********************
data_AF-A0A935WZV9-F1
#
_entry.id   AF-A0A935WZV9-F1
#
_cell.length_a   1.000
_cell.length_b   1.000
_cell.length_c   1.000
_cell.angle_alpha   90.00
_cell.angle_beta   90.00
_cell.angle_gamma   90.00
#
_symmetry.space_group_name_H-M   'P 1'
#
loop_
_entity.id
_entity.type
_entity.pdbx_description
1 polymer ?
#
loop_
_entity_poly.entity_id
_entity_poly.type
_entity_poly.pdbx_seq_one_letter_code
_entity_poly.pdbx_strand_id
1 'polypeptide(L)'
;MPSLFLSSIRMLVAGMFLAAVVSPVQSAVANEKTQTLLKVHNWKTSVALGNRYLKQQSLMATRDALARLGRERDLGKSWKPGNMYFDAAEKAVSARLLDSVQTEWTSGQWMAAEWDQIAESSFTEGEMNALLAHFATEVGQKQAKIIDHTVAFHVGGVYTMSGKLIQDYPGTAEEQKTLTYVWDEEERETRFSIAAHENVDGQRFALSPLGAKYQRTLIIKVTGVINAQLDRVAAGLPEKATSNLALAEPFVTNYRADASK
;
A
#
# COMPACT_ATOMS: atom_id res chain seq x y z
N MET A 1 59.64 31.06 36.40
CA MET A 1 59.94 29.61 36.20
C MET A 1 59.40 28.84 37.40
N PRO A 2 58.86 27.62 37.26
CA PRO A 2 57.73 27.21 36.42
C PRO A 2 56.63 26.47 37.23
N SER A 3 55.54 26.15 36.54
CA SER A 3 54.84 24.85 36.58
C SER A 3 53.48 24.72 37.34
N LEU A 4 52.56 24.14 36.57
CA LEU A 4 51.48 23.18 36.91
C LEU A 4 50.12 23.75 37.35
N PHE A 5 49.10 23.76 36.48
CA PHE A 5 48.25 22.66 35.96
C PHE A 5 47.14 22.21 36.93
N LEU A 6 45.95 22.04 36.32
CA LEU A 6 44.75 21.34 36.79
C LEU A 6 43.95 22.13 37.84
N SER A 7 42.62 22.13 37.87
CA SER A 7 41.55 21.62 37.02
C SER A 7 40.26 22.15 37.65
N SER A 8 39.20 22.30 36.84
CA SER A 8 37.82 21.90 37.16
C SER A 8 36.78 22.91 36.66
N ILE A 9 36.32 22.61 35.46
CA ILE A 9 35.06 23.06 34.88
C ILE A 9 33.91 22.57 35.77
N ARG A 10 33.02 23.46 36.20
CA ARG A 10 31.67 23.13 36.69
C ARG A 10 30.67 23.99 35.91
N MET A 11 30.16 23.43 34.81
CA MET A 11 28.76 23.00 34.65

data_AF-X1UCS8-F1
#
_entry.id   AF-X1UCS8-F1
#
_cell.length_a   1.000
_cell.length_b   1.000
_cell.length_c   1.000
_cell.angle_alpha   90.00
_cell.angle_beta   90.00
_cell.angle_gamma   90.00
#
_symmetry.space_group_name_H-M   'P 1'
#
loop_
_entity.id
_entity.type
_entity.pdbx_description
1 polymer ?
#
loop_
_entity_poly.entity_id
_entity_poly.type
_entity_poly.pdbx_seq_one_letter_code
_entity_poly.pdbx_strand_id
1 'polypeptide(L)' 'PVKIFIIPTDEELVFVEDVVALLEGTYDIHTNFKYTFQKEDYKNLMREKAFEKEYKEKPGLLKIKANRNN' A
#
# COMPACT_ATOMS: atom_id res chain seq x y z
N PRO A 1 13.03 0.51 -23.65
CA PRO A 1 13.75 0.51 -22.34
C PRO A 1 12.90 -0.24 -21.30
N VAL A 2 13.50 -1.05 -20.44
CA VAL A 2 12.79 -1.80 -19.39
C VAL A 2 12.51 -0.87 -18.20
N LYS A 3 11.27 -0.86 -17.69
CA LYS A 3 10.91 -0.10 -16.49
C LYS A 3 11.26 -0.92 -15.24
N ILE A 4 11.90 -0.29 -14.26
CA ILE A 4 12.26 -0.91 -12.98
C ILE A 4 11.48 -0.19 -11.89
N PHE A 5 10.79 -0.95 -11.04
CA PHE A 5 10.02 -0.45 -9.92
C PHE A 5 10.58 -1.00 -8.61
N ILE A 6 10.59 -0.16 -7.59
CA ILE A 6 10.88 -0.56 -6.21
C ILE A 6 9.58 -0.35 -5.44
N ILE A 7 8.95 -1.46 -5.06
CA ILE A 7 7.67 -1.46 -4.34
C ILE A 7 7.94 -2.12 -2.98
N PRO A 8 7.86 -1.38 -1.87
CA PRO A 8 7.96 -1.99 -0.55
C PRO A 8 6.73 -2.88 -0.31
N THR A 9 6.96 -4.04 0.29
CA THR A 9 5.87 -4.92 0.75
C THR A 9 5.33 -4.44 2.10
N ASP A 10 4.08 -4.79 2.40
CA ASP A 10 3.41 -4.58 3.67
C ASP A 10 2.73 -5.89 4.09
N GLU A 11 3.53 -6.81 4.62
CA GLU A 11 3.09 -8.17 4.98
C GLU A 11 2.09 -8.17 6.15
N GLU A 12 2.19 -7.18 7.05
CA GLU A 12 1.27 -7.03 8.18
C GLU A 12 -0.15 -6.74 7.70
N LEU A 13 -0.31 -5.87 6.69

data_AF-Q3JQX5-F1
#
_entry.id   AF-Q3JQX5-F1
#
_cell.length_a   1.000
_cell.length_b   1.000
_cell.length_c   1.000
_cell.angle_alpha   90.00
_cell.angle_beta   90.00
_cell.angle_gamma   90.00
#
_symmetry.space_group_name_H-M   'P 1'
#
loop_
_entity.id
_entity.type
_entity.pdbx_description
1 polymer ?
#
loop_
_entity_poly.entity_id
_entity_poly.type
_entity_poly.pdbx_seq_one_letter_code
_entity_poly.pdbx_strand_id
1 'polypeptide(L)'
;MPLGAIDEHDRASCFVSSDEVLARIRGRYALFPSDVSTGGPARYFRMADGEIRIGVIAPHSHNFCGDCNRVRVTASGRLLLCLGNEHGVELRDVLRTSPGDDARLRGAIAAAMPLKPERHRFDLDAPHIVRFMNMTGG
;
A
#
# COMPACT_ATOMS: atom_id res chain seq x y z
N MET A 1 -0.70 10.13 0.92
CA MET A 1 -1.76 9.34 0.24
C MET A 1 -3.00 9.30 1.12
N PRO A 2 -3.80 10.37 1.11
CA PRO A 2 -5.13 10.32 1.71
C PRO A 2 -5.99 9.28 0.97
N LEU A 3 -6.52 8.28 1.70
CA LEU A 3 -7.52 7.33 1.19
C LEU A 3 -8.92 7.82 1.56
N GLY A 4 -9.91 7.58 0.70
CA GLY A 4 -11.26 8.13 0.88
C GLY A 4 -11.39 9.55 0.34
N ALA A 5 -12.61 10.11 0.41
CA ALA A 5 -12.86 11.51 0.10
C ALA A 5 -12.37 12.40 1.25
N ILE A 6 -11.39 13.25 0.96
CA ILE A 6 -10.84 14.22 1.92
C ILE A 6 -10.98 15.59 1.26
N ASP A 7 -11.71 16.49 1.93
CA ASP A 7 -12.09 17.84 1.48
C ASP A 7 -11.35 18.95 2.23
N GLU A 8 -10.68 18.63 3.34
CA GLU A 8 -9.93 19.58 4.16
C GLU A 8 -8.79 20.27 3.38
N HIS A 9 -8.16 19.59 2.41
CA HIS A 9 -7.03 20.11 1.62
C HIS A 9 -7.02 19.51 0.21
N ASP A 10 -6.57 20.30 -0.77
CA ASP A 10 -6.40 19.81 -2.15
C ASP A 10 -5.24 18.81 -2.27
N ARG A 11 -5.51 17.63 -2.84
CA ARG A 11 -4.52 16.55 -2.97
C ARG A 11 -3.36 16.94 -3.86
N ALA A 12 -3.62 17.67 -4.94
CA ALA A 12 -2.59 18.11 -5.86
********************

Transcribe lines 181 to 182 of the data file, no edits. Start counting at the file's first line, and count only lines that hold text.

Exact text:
N HIS A 9 -8.16 19.59 2.41
CA HIS A 9 -7.03 20.11 1.62